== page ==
We study how stochasticity in the evolution of agricultural productivity interacts with economic and population growth at the global level. We use a two-sector Schumpeterian model of growth, in which a manufacturing sector produces the traditional consumption good and an agricultural sector produces food to sustain contemporaneous population. Agriculture demands land as an input, itself treated as a scarce form of capital. In our model both population and sectoral technological progress are endogenously determined, and key technological parameters of the model are structurally estimated using 1960-2010 data on world GDP, population, cropland and technological progress. Introducing random shocks to the evolution of total factor productivity in agriculture, we show that uncertainty optimally requires more land to be converted into agricultural use as a hedge against production shortages, and that it significantly affects both optimal consumption and population trajectories.

2016

BRPP3“Multi-scale simplification of agricultural land:  a review and research agenda on the external costs for global food production”, D. Eaton, S. Dietz, B. Lanz, T. Swanson, J. Tewklsbury, Biodiversity Review Project Paper 3.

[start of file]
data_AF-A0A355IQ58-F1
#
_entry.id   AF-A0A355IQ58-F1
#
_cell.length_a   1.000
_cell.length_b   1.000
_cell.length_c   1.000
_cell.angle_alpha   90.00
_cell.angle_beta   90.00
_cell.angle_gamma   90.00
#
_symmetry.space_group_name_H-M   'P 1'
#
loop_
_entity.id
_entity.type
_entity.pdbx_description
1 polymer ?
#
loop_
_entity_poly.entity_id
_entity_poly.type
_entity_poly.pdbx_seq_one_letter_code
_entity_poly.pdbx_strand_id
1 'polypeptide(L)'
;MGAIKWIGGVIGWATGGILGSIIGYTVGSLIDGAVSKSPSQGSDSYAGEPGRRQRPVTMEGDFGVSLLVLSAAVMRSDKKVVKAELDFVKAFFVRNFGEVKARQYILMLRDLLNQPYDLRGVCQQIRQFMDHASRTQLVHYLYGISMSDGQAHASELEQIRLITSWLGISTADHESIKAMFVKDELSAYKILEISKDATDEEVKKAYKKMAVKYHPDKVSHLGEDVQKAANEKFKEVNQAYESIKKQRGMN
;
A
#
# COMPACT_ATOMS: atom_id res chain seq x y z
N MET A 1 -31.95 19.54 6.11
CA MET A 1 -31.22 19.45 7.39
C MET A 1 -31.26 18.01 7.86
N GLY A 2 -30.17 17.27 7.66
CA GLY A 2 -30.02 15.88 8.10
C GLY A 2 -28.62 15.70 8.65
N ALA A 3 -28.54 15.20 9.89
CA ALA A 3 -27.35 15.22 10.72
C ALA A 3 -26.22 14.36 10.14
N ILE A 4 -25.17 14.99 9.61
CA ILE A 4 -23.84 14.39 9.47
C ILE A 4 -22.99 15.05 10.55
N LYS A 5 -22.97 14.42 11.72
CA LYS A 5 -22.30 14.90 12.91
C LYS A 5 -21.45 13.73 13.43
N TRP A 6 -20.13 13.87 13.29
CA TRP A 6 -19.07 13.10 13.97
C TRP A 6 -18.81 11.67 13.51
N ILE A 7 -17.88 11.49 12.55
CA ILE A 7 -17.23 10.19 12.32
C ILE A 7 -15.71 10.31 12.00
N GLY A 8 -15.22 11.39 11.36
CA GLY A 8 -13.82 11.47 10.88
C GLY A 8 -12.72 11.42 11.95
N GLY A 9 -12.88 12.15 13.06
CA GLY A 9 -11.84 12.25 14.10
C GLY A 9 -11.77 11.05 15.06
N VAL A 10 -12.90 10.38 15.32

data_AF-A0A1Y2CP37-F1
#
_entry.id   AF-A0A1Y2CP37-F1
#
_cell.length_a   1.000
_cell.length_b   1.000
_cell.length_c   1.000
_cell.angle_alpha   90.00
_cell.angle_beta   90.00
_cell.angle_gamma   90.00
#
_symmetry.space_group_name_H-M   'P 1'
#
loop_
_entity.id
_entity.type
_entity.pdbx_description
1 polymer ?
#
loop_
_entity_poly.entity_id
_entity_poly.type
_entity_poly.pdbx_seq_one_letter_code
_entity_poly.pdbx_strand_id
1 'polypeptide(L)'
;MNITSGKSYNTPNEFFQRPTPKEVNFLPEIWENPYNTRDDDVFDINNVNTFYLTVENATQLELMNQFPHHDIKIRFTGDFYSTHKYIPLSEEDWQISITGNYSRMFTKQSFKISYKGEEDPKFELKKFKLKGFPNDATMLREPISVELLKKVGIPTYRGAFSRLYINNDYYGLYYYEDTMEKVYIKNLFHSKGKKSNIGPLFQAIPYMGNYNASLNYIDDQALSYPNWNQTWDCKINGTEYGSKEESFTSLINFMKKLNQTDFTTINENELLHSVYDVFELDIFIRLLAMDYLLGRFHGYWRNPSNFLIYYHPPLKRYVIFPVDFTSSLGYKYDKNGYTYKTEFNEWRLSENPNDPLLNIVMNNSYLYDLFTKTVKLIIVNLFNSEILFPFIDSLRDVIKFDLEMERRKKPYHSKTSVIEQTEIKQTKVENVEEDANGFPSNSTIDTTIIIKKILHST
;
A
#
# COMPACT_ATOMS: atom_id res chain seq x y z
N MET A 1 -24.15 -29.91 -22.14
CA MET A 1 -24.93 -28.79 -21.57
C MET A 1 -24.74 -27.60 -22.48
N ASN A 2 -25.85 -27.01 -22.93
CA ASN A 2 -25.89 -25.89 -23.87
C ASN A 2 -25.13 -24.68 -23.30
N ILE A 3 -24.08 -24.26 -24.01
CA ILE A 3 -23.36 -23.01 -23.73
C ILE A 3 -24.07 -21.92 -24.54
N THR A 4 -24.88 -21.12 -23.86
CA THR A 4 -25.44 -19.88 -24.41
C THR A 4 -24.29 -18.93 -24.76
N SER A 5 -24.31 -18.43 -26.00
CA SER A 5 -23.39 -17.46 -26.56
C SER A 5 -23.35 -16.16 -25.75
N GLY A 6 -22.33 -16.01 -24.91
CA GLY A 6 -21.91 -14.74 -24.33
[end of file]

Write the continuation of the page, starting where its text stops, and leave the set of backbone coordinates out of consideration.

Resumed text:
Processes of agricultural simplification take place at different spatial scales from the field to the globe. We propose the concept of multi-scale simplification to bring together these linked processes. Whereas it is well documented that agricultural simplification has brought about increases in production on the one hand and environmental harms outside the production system on the other hand, we ask whether multi-scale simplification also imposes external costs on agricultural production itself, due to its effects on vulnerability to pests and disease, pollination and soil fertility.

We review the evidence and propose an economic model compatible with the existence of external costs on production, which can serve as the basis for future empirical research across disciplines. The model proposes several mechanisms, by which maximizing production of the whole food system implies reducing the extent of  agricultural simplification.

2014

BRPP2“Running with the red queen : an integrated assessment of agricultural land expansion and global biodiversity decline”, B. Lanz, S. Dietz, T. Swanson, Biodiversity Review Project Paper 2.